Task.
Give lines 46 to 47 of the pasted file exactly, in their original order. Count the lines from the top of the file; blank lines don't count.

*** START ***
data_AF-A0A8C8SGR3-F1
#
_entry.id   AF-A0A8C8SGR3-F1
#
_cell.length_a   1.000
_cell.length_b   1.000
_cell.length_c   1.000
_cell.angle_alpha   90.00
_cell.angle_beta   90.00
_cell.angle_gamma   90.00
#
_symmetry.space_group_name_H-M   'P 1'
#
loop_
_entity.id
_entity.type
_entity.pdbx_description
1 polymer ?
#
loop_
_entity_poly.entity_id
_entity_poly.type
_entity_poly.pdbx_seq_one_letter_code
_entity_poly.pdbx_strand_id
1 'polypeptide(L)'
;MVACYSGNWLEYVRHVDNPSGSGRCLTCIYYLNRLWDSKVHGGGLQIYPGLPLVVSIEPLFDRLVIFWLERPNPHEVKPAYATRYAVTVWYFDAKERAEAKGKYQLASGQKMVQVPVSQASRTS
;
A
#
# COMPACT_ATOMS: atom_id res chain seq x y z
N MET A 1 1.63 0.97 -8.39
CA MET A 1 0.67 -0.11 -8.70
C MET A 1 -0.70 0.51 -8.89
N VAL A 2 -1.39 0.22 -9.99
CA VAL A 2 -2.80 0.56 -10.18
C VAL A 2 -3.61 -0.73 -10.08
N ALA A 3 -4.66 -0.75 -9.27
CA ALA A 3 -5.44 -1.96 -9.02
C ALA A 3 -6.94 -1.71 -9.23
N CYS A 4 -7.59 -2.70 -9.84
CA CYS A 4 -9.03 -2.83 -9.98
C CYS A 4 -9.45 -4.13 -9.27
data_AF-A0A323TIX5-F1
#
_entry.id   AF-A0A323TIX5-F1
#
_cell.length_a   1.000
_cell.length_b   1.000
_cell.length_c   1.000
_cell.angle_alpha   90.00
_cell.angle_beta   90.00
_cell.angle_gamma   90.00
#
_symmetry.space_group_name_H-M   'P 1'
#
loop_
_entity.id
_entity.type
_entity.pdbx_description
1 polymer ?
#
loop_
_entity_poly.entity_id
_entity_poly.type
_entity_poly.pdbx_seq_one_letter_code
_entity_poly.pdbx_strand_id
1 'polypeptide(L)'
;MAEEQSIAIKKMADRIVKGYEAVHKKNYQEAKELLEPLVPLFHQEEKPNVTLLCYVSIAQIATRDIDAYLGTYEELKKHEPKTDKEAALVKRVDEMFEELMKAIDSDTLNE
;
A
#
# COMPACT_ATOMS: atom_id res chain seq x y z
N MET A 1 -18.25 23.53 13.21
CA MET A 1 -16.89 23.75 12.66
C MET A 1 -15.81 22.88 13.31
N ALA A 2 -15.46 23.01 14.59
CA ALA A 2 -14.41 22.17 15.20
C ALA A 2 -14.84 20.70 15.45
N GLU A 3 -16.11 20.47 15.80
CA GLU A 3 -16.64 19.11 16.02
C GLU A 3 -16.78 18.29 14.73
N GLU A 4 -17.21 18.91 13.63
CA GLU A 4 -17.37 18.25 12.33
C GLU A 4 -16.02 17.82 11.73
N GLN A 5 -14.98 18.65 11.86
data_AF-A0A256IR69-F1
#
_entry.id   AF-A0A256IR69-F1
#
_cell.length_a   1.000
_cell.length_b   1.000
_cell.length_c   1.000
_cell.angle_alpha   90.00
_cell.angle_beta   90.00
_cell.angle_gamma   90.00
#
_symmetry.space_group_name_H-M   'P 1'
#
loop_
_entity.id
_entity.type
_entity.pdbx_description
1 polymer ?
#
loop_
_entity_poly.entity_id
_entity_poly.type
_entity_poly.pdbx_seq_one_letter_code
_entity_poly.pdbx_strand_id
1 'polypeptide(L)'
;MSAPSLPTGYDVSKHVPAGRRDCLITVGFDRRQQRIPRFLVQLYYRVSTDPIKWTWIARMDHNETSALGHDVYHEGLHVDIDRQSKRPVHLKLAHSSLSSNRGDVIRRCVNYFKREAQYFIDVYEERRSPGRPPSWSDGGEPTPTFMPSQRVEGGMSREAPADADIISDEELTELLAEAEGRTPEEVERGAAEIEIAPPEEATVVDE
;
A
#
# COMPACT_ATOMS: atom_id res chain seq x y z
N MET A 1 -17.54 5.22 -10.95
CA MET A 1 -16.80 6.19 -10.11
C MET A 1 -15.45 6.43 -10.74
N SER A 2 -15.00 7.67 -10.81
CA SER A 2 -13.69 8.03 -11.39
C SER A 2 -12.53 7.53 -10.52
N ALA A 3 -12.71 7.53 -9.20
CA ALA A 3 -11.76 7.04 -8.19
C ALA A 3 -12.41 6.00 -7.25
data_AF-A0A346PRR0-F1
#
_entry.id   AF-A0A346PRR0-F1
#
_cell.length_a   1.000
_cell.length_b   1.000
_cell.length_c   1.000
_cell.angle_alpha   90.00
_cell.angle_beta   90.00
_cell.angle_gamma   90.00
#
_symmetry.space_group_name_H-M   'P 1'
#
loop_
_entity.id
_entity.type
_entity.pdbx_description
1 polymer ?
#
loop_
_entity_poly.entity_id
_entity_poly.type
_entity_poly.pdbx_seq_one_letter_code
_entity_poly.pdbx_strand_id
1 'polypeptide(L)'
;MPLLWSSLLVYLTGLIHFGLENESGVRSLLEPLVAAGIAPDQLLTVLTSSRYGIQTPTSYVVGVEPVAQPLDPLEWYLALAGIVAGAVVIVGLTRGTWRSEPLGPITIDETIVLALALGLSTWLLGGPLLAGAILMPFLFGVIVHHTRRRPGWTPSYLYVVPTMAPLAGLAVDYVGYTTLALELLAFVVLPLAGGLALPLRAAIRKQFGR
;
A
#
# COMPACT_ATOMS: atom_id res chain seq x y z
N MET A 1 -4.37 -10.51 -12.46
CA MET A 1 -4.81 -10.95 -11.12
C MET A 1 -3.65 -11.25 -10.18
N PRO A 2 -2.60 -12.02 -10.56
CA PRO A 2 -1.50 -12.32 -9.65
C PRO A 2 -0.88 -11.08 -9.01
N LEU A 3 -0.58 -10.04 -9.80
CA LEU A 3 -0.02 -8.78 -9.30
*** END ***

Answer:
#
_cell.length_a   1.000